RIDGECREST, Calif. — The big stories of July 4th and 5th last year were, of course, the big shakes. But ever since, residents in Ridgecrest and the surrounding areas have been feeling a nearly constant series of smaller aftershocks. 23ABC spoke to seismologist and earthquake expert Dr. Lucy Jones to learn more about aftershocks.
“Every earthquake makes another earthquake more likely," Jones said.
And the bigger the earthquake, the more aftershocks it will produce, Jones said. Jones says quakes as big as the one last summer are rare, in fact, California only sees a 7.0 magnitude event about once a decade. She says it’s considered normal that the area is still seeing upwards of hundreds of aftershocks a week. But those aftershocks take a toll.
“It wasn’t until we moved that I was able to re-stabilize mentally," said Vincent Tulino, a former Ridgecrest resident.
Tulino’s Ridgecrest home was rattled by the two big quakes. He recently moved out of state for work, but he says one of the best parts of moving was getting away from the aftershocks. Even though for him the shaking is gone, he says last summer still left a mark.
“A truck rolls by and causes a windowpane to rattle a little bit, and my wife and I literally freeze and look at each other, and it's like no no no we’re not there anymore," Tulino.
And since so many others that are still in town feel the same, when will the aftershocks end? Jones says seismologists will figure that out by examining the number of earthquakes that normally happened in Ridgecrest before the July 4th event and comparing it to the number of quakes happening after. She uses the example of how many earthquakes happened in a week last June, compared to now.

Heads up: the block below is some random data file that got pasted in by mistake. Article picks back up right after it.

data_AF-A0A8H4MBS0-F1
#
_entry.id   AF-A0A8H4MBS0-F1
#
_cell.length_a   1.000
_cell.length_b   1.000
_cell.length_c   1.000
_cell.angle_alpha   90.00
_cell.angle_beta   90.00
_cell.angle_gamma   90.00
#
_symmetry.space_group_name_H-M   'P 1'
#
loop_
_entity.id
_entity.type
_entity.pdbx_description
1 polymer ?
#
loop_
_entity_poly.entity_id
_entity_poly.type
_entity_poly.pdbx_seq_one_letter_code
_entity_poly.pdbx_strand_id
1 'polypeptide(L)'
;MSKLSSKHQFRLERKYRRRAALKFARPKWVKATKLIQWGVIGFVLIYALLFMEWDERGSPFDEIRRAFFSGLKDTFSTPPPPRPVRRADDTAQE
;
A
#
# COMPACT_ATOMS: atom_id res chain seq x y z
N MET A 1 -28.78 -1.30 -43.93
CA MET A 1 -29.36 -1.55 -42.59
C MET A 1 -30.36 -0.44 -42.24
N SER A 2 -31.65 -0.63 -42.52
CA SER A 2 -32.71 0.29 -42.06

“You had seven earthquakes in a week a year ago, and you had 250 in a week this, right," Dr. Jones said.
Until the area’s seismic activity returns to its normal rate. All smaller quakes in the area will be considered aftershocks. She says the frequency of aftershocks has been, and will continue to decrease gradually as time passes. But for it to truly get back to its normal rate will be a matter of quite a few years, as was the case with the 7.5 magnitude Tehachapi quake that happened in 1952.
“It did not get back to that background rate before the 90s," Jones said.
Jones anticipates, however, that the Ridgecrest area will return to normal quicker than Tehachapi because the Ridgecrest event was a smaller magnitude. When asked about the likelihood that another large-scale quake happens in the area, Jones said it’s more likely that there will only continue to be magnitude 1, 2, 3, some four, and rarely a five.
The seismologist also underlining the importance of always being ready for something bigger.
“Most likely it doesn’t happen, but you can’t say it won’t happen," Jones said.
Jones says any quake that is within 30 miles of the Ridgecrest quake’s fault line is considered an aftershock. Last week’s 5.8 Lone Pine quake was just outside of that zone.